Hospital Data Analysis Wins MSiA Hackathon
Northwestern Engineering’s MSiA program collaborated with Teradata Aster to host the third annual competition
With nearly half of its expenses coming from managing inpatient care, US hospitals wrestle with a never-ending challenge: find new ways to lower costs while maintaining a high standard of care. Master of Science in Analytics (MSiA) graduate students Jamie Green and Kapil Bhatt believe a solution could lie in the data.
Winners of the MSiA’s third annual Hackathon on Thursday, May 5, Green and Bhatt sought to gain insights into the dilemma by using analytics software to study inpatient discharge data from Texas hospitals over a six-month period in 2007. The duo created a linear model that codified and analyzed variables like length of stay, reason for admittance, and patient demographics.
The team determined that the patients’ admitting diagnosis was the most accurate predictor of their length of stay. Patients grouped with “mental health-related illness” as an initial diagnosis required the longest hospital stay. Conversely, diagnoses categorized by “pregnancy and child-birth” reflected relatively short visits, likely due to the brief nature of ultrasound and check-up screenings.
“To be able to predict length of stay based on patient data could help staff more accurately set schedules, order and maintain supplies, and prepare for new patients,” said Green. “The cost savings from those changes could eventually be passed on to the consumer.”
Green and Bhatt’s analysis was one of several found at the Hackathon, a collaboration between the MSiA program and leading big data analytics company Teradata. The competition tasked students to use the Teradata Aster Discovery Platform — an analytic engine developed to help companies solve complex business problems through data — to analyze a data set without restriction in hopes of uncovering unique insights. In addition to hospital data, student teams could select from NFL and MLB statistics, Amazon reviews, airline flight data, and State of the Union addresses.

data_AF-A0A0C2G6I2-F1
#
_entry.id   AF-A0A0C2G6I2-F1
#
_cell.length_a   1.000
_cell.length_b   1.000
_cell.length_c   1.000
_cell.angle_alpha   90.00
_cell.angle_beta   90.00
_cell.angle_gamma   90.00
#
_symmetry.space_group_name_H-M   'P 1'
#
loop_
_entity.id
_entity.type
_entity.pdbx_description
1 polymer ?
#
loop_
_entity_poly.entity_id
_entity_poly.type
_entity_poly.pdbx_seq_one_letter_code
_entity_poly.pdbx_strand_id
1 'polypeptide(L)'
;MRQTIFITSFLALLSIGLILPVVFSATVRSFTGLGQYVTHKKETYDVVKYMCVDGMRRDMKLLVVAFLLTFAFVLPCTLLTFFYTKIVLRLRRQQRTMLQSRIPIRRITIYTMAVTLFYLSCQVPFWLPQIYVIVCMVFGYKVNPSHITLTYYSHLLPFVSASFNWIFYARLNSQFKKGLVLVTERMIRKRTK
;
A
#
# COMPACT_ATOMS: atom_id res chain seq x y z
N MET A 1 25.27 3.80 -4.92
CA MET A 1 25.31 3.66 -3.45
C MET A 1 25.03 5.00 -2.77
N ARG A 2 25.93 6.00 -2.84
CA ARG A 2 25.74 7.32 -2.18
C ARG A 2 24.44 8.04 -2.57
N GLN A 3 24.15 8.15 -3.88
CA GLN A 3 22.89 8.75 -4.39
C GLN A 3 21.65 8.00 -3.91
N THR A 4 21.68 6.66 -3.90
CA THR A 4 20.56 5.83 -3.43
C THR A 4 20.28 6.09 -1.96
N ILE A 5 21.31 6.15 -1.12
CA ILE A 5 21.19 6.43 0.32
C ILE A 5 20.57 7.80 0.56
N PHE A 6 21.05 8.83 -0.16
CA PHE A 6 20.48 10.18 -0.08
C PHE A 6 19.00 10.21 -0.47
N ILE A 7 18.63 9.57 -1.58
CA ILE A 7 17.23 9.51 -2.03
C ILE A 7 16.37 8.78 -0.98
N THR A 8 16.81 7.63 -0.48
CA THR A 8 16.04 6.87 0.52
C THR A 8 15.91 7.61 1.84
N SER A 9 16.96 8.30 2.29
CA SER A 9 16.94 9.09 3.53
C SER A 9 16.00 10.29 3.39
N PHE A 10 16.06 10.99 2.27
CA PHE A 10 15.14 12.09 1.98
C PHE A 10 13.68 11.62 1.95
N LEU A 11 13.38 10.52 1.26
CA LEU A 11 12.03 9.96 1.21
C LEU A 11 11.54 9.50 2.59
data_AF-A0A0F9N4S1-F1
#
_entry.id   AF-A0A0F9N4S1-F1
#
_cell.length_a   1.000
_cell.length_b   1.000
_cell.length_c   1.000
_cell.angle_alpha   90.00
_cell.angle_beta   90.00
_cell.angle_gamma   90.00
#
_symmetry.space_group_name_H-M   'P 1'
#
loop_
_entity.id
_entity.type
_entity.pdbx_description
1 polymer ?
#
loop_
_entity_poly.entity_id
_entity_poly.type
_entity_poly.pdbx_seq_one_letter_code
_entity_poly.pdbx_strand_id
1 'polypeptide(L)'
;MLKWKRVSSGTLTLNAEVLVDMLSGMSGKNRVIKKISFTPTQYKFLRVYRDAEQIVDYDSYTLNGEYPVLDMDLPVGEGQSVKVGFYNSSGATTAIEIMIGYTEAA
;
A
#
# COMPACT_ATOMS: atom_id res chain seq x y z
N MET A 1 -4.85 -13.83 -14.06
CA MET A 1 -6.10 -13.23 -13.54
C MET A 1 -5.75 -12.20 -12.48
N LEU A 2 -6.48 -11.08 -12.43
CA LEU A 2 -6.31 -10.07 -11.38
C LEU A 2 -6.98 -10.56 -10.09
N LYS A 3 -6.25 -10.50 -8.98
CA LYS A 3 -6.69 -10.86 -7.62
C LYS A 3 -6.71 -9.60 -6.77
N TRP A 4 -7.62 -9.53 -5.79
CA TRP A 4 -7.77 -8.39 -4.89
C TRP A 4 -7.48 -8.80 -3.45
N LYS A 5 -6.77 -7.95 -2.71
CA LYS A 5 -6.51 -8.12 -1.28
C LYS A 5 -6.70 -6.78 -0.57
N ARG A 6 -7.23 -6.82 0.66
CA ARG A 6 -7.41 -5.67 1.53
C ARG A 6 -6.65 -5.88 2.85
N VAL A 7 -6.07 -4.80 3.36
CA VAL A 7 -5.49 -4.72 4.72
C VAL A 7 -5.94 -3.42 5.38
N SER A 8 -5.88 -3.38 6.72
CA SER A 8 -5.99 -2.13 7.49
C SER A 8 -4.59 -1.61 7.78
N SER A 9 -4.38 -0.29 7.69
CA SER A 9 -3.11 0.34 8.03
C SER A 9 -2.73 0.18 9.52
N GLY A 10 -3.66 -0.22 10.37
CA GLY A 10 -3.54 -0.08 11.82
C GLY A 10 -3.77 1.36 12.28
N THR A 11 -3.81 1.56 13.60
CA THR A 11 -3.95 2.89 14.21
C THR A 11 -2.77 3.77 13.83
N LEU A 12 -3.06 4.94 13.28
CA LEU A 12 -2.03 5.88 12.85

“Open source analytics solutions have a steep learning curve while commercial offerings like Teradata Aster are more user-friendly and equally powerful,” said Diego Klabjan, professor of industrial engineering and management sciences and director of the MSiA program. “With limited training and just a few hours, students were able to come up with complete applications. It was impressive.”
Led by Teradata’s John Thuma, Teradata collaborates with MSiA each year to expose students to analytics tools and techniques for telling stories hidden within large data sets. A day before the Hackathon, the Teradata team provided training on the Aster software, as well as the company’s new AppCenter platform, which offers an accessible, “self-service” interface to allow citizen data scientists to easily draw conclusions from the analytics.
Following nearly eight hours of leveraging multi-genre analytics skills like pathing, statistics, and graph analytics, 20 student teams shared their discoveries with a panel of judges that included Teradata team members, previous Hackathon winners, and Szabolcs Paldy, vice president of digital marketing at Discover Financial Services. Teams were judged by their creativity, analytic approach, and final presentation.
Finishing in second place, Balamurali Natarajan and Mengshan Jin used flight data to create a predictive model to determine the likelihood of flight delays during the three days prior to and after Christmas. The team considered the day of travel, destination airports, and manufacturer of the plane in its analysis, but found that weather conditions were the most impactful predictor. They believe their model could help travelers predict holiday flight delays with 70% accuracy.
The Hackathon’s top two teams will be sponsored by Teradata to attend its Partners User Conference this September in Atlanta, Georgia.
“To learn and run the analytics, build a story, and present value from the data all in an afternoon exemplifies the ability of both the Aster toolset and the MSiA students,” said Thuma. “These are motivated students that love analytics, and the Hackathon is a great opportunity to showcase what they’ve learned.”
Northwestern’s MSiA program teaches students skills that drive business success in today’s hyper-competitive, data-driven world. Students learn to identify patterns and trends, derive optimized recommendations evaluated through simulations, interpret and gain insight from vast quantities of structured and unstructured data, and communicate findings in practical useful terms that help drive business management.